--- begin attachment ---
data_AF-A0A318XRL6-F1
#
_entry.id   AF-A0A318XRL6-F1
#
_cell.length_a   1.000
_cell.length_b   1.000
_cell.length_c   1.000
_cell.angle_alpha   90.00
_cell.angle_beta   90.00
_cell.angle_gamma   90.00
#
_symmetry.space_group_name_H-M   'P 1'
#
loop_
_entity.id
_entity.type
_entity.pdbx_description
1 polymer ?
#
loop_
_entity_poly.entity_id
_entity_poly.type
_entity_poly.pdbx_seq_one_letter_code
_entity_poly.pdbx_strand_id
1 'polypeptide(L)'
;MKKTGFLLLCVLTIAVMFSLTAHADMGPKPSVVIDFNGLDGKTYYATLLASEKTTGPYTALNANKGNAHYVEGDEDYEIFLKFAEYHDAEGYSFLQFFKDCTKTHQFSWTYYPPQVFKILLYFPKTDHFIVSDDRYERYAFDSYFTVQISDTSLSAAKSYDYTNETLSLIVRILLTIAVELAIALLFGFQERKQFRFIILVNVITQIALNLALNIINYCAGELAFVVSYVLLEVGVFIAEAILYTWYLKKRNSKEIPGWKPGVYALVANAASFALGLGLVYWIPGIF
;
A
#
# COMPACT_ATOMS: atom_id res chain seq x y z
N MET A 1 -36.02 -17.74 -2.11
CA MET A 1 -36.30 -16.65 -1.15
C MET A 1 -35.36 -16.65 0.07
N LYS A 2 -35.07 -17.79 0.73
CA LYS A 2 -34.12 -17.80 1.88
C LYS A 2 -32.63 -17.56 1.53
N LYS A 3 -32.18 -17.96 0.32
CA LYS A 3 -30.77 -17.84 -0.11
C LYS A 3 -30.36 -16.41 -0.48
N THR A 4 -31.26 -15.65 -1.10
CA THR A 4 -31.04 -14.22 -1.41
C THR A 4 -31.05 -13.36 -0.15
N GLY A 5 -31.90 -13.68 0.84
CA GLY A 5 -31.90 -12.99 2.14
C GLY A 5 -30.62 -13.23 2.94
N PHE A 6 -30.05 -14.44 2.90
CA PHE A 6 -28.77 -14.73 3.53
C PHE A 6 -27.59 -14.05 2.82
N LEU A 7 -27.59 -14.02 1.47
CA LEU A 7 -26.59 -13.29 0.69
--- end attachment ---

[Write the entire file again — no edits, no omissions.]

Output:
data_AF-A0A318XRL6-F1
#
_entry.id   AF-A0A318XRL6-F1
#
_cell.length_a   1.000
_cell.length_b   1.000
_cell.length_c   1.000
_cell.angle_alpha   90.00
_cell.angle_beta   90.00
_cell.angle_gamma   90.00
#
_symmetry.space_group_name_H-M   'P 1'
#
loop_
_entity.id
_entity.type
_entity.pdbx_description
1 polymer ?
#
loop_
_entity_poly.entity_id
_entity_poly.type
_entity_poly.pdbx_seq_one_letter_code
_entity_poly.pdbx_strand_id
1 'polypeptide(L)'
;MKKTGFLLLCVLTIAVMFSLTAHADMGPKPSVVIDFNGLDGKTYYATLLASEKTTGPYTALNANKGNAHYVEGDEDYEIFLKFAEYHDAEGYSFLQFFKDCTKTHQFSWTYYPPQVFKILLYFPKTDHFIVSDDRYERYAFDSYFTVQISDTSLSAAKSYDYTNETLSLIVRILLTIAVELAIALLFGFQERKQFRFIILVNVITQIALNLALNIINYCAGELAFVVSYVLLEVGVFIAEAILYTWYLKKRNSKEIPGWKPGVYALVANAASFALGLGLVYWIPGIF
;
A
#
# COMPACT_ATOMS: atom_id res chain seq x y z
N MET A 1 -36.02 -17.74 -2.11
CA MET A 1 -36.30 -16.65 -1.15
C MET A 1 -35.36 -16.65 0.07
N LYS A 2 -35.07 -17.79 0.73
CA LYS A 2 -34.12 -17.80 1.88
C LYS A 2 -32.63 -17.56 1.53
N LYS A 3 -32.18 -17.96 0.32
CA LYS A 3 -30.77 -17.84 -0.11
C LYS A 3 -30.36 -16.41 -0.48
N THR A 4 -31.26 -15.65 -1.10
CA THR A 4 -31.04 -14.22 -1.41
C THR A 4 -31.05 -13.36 -0.15
N GLY A 5 -31.90 -13.68 0.84
CA GLY A 5 -31.90 -12.99 2.14
C GLY A 5 -30.62 -13.23 2.94
N PHE A 6 -30.05 -14.44 2.90
CA PHE A 6 -28.77 -14.73 3.53
C PHE A 6 -27.59 -14.05 2.82
N LEU A 7 -27.59 -14.02 1.47
CA LEU A 7 -26.59 -13.29 0.69